I don't have a Facebook account, I don't have a Twitter account, I don't have an Instagram account, etc. I don't have a Gmail account. I don't use the linux or windows Google Chrome browser since Google can see my linux or windows Pale Moon's user agent. Even though I have credit cards, I don't do any banking or credit card financial transactions online since I don't have any banking or credit card accounts setup online. I do all of payments for my credit cards with a land line phone via "payment by phone". I don't have a PayPal account (my wife does). And I don't own a smartphone. Just an old fashioned clam flip style phone and this cell phone is never connected to the internet.

And if I have to make a long distance purchase with my credit cards for a big ticket item dollar amount wise, again, I make the payment with a land line phone call. And these big ticket items are usually "far and few inbetween". I still pay all of my bills with a check from my checkbook which is becoming a rarity in this day and age and send the payment by "snail mail".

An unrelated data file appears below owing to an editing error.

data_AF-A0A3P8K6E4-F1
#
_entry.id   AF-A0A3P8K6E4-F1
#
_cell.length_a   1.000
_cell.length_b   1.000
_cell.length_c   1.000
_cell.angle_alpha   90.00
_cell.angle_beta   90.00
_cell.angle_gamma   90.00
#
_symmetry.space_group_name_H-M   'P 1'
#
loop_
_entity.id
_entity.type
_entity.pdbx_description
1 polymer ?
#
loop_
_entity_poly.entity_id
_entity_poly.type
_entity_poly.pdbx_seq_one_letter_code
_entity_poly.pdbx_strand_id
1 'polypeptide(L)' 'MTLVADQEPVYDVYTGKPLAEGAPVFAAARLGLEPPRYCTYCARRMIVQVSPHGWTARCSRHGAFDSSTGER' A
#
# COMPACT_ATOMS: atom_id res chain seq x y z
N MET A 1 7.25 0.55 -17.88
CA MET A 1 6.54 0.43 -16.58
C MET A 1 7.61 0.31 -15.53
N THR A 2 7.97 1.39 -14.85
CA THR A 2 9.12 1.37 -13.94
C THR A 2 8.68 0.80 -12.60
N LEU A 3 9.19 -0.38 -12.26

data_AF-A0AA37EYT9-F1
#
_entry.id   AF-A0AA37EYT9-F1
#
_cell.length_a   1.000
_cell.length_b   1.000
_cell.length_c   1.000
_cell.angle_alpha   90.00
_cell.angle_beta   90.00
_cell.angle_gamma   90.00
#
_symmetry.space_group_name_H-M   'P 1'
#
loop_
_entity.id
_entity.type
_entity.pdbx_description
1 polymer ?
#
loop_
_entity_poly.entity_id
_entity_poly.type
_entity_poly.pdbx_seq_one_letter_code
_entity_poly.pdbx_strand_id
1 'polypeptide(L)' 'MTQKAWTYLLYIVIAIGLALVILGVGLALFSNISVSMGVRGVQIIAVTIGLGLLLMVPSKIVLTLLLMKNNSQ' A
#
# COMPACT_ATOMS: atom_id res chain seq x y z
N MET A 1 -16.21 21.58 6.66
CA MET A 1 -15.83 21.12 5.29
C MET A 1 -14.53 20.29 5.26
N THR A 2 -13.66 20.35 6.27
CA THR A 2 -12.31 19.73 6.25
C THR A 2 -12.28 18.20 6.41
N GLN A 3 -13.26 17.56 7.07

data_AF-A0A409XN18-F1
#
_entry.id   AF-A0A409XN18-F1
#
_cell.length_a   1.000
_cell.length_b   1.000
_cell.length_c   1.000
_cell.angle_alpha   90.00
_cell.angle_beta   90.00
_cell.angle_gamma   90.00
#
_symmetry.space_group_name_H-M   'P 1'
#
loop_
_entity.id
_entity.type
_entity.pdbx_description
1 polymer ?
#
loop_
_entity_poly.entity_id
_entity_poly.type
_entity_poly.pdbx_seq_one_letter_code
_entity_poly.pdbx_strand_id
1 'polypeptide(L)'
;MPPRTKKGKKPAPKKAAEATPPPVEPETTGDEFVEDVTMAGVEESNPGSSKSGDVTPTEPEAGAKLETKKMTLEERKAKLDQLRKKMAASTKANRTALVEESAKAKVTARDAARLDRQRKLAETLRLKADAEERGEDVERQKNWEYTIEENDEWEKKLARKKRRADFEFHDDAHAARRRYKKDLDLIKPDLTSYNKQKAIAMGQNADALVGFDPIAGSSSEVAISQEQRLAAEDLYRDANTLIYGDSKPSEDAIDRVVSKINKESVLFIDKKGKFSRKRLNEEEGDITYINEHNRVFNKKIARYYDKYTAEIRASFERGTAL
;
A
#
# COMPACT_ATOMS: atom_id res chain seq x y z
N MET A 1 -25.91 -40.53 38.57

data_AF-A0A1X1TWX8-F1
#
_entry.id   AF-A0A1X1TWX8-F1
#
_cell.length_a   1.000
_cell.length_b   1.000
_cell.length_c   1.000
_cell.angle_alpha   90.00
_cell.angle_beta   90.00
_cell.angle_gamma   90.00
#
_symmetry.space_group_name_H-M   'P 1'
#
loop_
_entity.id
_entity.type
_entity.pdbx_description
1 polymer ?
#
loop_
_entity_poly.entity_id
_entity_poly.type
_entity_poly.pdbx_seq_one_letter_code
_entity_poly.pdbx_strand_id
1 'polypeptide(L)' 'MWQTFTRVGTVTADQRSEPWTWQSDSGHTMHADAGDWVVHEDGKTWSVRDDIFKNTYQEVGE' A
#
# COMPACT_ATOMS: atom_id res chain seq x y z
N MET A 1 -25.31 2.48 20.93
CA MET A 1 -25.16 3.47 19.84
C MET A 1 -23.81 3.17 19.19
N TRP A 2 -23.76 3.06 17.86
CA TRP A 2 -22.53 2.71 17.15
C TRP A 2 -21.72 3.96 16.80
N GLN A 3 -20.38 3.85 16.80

When I do use Google, it is for what I'm guessing Google would call "mundane things" such as:

Looking up high and low tides for coastal cruising, sup surfing, saltwater fishing. How to tie fishing knots like a fly fishing "nail knot". Moon rise and moon set times for a full moon, moonlight flat water sup paddling session which I wanted to do tonight since the moon is almost full, but it is cloudy where I live tonight so my moonlight paddling session will not be happening. How to get rid of an underground yellow jackets nest. Best rehab exercises after a surgical repair for a severely torn rotator cuff. Custom made recurve archery bows, right wing parabolic feathers in various high visibility colors, etc. I've got more mundane things I could list, but there is no need to type a manuscript.

As for YouTube which Google does own; again Google knows I don't use it's browser. Google knows I like music (and music videos), Google knows I like standup paddling board videos, Google knows I like science fiction movies. Google knows I like weather sites. Google knows I'm not into politics since I don't do any political searches in Google.